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The scene on Green Street in the heart of Campustown on Monday.

URBANA — The University of Illinois Academic Senate’s executive committee will take up a resolution Friday calling on the administration to immediately end the semester, among other things.

Due to the coronavirus pandemic, faculty began teaching classes online Monday, the first day back from spring break.

“A number of University instructors and students are unfamiliar with online learning, University online platforms have never been used to deliver courses en masse, and the quality of instruction will suffer in hastily created online courses,” a draft of the resolution states.

It calls on the administration to “end immediately the Spring 2020 semester and direct instructors to calculate final grades based on the first eight weeks’ assessments or convert to pass/fail.”

The administration has no plans to end the semester early, UI spokeswoman Robin Kaler said Monday.

“No, we are not considering ending the semester early,” she said. “We are committed to continuing to delivering on all of our missions, including providing a world-class education to our students, while doing everything possible to keep everyone safe.”

But she said news is coming this morning about the UI’s grading policy for this semester.

“We’ll be announcing information about grading tomorrow morning,” she said Monday.

Other universities — including Columbia, Harvard, MIT, Georgetown and North Carolina — have moved to some form of pass/fail in the wake of the coronavirus moving classes online.

One school — Kentucky’s Berea College — canceled the rest of its semester.

“Campus leadership has been working for some time on the transition to alternative educational delivery methods,” Kaler said.

The Senate Executive Committee met virtually Monday with the Zoom video-conferencing app and discussed procedures for how the 250-plus-person academic senate will provide feedback on the resolution.

They’ll receive a questionnaire, and the executive committee will meet again Friday.

Student: Not everyone has WiFi access

The resolution also cites the financial duress many students and their families could soon be under, given the closure of non-essential businesses in Illinois, and the closure of schools, which “has imposed hardships on instructors, staff and students caring for young children and limiting their ability to prepare online courses.”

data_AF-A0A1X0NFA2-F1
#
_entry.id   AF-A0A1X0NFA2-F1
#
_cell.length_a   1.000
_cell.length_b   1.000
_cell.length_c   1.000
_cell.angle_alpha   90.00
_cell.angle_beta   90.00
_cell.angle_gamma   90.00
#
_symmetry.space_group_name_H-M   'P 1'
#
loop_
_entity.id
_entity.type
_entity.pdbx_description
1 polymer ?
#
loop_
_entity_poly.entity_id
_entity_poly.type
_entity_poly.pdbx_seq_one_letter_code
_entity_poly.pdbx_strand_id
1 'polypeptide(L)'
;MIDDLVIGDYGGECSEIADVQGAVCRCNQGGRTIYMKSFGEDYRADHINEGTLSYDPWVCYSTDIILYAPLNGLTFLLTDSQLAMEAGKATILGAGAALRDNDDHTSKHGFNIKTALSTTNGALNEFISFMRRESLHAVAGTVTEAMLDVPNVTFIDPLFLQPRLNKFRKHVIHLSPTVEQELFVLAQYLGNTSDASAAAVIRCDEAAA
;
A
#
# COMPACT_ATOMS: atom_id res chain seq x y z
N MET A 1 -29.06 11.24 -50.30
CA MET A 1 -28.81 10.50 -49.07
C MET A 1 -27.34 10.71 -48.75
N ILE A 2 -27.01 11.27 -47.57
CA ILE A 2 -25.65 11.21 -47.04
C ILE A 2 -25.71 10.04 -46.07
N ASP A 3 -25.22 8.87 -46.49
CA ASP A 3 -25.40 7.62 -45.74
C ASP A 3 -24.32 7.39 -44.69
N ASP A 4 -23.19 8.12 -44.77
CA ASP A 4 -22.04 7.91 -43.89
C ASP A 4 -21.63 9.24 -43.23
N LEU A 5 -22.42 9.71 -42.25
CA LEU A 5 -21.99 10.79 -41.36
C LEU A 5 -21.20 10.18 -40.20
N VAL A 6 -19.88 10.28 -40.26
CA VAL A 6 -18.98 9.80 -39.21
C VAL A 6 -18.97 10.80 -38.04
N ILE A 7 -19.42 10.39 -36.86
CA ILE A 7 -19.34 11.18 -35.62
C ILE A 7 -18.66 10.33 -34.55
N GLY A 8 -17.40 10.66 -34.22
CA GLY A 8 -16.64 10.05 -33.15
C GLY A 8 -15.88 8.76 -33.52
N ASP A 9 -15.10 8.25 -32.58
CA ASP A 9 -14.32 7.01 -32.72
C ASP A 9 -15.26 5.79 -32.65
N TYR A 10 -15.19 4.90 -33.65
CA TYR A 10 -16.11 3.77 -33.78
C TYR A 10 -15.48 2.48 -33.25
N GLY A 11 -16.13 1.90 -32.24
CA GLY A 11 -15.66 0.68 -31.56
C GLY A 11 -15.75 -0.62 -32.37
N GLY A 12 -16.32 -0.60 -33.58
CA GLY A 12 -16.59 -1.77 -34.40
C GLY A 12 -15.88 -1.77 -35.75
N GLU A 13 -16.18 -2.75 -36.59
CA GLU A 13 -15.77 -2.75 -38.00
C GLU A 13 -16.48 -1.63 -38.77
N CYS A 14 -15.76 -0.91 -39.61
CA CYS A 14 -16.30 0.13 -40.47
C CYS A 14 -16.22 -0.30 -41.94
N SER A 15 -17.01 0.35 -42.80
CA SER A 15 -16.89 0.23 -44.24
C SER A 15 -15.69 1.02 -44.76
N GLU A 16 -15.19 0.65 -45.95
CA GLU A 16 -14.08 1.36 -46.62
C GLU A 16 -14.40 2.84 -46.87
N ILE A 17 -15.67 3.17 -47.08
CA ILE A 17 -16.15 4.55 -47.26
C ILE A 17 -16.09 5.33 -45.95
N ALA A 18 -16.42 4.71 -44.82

The resolution also cites the lack of Internet access some students have, something UI junior Cristal Caballero noted in a letter accompanying it.

“This transition to online instruction depends on access to resources such as WiFi, computer hardware and software, and private study spaces that are inaccessible to many first generation and low income students. When I first heard of this transition, I planned to use the public library,” she wrote.

And at home, “many of us have many more responsibilities,” she said, such as having “to care for and homeschool our younger siblings who are also required to stay at home.”

Health insurance hike under scrutiny

The resolution also calls on the UI to prorate tuition and fees, and to roll back the 33 percent increase in health care premiums for undergraduate and graduate students passed two weeks ago by UI trustees.

The hike will take the undergraduate rate from $544 to $723 a semester and the graduate rate from $696 to $927.

UI student affairs spokeswoman Chantelle Thompson said the increase was driven by more students opting out of the program, especially those with fewer claims.

“The current university student health insurance plan is losing approximately 5 percent per year due to undergraduate students opting out to remain on their parent’s insurance plan,” Thompson said.

The students who remained on the university plan are using it more, particularly in the areas of digestive health care, maternity, mental health, respiratory and musculoskeletal claims, Thompson said.

‘We do not surveil classes on Zoom’

She also noted that the UI currently has the fourth-lowest insurance rates in the Big Ten and, with the increase, would rank eighth if none of the others increased their rates for next year.

The resolution also calls on the administration not to use the pandemic as an opportunity to permanently move more classes online or to surveil classes using UI-provided Zoom accounts.

“We do not surveil classes on Zoom,” Kaler said.

The resolution is sponsored by African American studies Professor Erik McDuffie, gender and women’s studies Professor Mimi Nguyen, Asian American studies professor A. Naomi Paik, Latina/Latino studies Professor Gilberto Rosas, anthropology Professor Kathryn Clancy and chemical engineering Professor Brendan Harley.